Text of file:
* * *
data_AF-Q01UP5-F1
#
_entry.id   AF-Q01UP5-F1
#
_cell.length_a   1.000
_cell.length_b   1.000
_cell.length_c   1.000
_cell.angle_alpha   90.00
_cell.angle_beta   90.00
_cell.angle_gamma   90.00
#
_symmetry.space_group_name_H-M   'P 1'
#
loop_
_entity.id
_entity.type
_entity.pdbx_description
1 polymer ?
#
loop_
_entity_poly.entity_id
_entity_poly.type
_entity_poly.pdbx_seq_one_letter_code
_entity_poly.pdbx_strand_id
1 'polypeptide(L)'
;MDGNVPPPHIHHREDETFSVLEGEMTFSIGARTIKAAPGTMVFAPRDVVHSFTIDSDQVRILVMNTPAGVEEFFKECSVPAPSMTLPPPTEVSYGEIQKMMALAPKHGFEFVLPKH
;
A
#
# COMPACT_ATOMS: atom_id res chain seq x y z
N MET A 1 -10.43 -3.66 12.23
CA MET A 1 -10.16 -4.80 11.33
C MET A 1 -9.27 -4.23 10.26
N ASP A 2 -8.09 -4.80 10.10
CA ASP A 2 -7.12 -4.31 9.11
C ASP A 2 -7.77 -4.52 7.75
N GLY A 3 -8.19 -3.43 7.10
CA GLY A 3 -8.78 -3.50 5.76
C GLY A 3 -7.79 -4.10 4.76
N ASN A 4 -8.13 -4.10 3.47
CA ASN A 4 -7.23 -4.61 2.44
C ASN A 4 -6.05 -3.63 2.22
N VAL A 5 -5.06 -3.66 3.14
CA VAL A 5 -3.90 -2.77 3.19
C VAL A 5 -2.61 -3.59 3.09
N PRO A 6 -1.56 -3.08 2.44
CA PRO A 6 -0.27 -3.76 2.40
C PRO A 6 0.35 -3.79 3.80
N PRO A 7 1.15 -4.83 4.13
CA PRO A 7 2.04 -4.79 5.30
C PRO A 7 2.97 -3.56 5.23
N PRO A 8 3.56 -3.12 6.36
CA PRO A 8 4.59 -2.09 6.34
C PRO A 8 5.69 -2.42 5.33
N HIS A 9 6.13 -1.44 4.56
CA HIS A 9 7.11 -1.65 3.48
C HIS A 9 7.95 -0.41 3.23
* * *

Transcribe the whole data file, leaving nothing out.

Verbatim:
data_AF-Q01UP5-F1
#
_entry.id   AF-Q01UP5-F1
#
_cell.length_a   1.000
_cell.length_b   1.000
_cell.length_c   1.000
_cell.angle_alpha   90.00
_cell.angle_beta   90.00
_cell.angle_gamma   90.00
#
_symmetry.space_group_name_H-M   'P 1'
#
loop_
_entity.id
_entity.type
_entity.pdbx_description
1 polymer ?
#
loop_
_entity_poly.entity_id
_entity_poly.type
_entity_poly.pdbx_seq_one_letter_code
_entity_poly.pdbx_strand_id
1 'polypeptide(L)'
;MDGNVPPPHIHHREDETFSVLEGEMTFSIGARTIKAAPGTMVFAPRDVVHSFTIDSDQVRILVMNTPAGVEEFFKECSVPAPSMTLPPPTEVSYGEIQKMMALAPKHGFEFVLPKH
;
A
#
# COMPACT_ATOMS: atom_id res chain seq x y z
N MET A 1 -10.43 -3.66 12.23
CA MET A 1 -10.16 -4.80 11.33
C MET A 1 -9.27 -4.23 10.26
N ASP A 2 -8.09 -4.80 10.10
CA ASP A 2 -7.12 -4.31 9.11
C ASP A 2 -7.77 -4.52 7.75
N GLY A 3 -8.19 -3.43 7.10
CA GLY A 3 -8.78 -3.50 5.76
C GLY A 3 -7.79 -4.10 4.76
N ASN A 4 -8.13 -4.10 3.47
CA ASN A 4 -7.23 -4.61 2.44
C ASN A 4 -6.05 -3.63 2.22
N VAL A 5 -5.06 -3.66 3.14
CA VAL A 5 -3.90 -2.77 3.19
C VAL A 5 -2.61 -3.59 3.09
N PRO A 6 -1.56 -3.08 2.44
CA PRO A 6 -0.27 -3.76 2.40
C PRO A 6 0.35 -3.79 3.80
N PRO A 7 1.15 -4.83 4.13
CA PRO A 7 2.04 -4.79 5.30
C PRO A 7 2.97 -3.56 5.23
N PRO A 8 3.56 -3.12 6.36
CA PRO A 8 4.59 -2.09 6.34
C PRO A 8 5.69 -2.42 5.33
N HIS A 9 6.13 -1.44 4.56
CA HIS A 9 7.11 -1.65 3.48
C HIS A 9 7.95 -0.41 3.23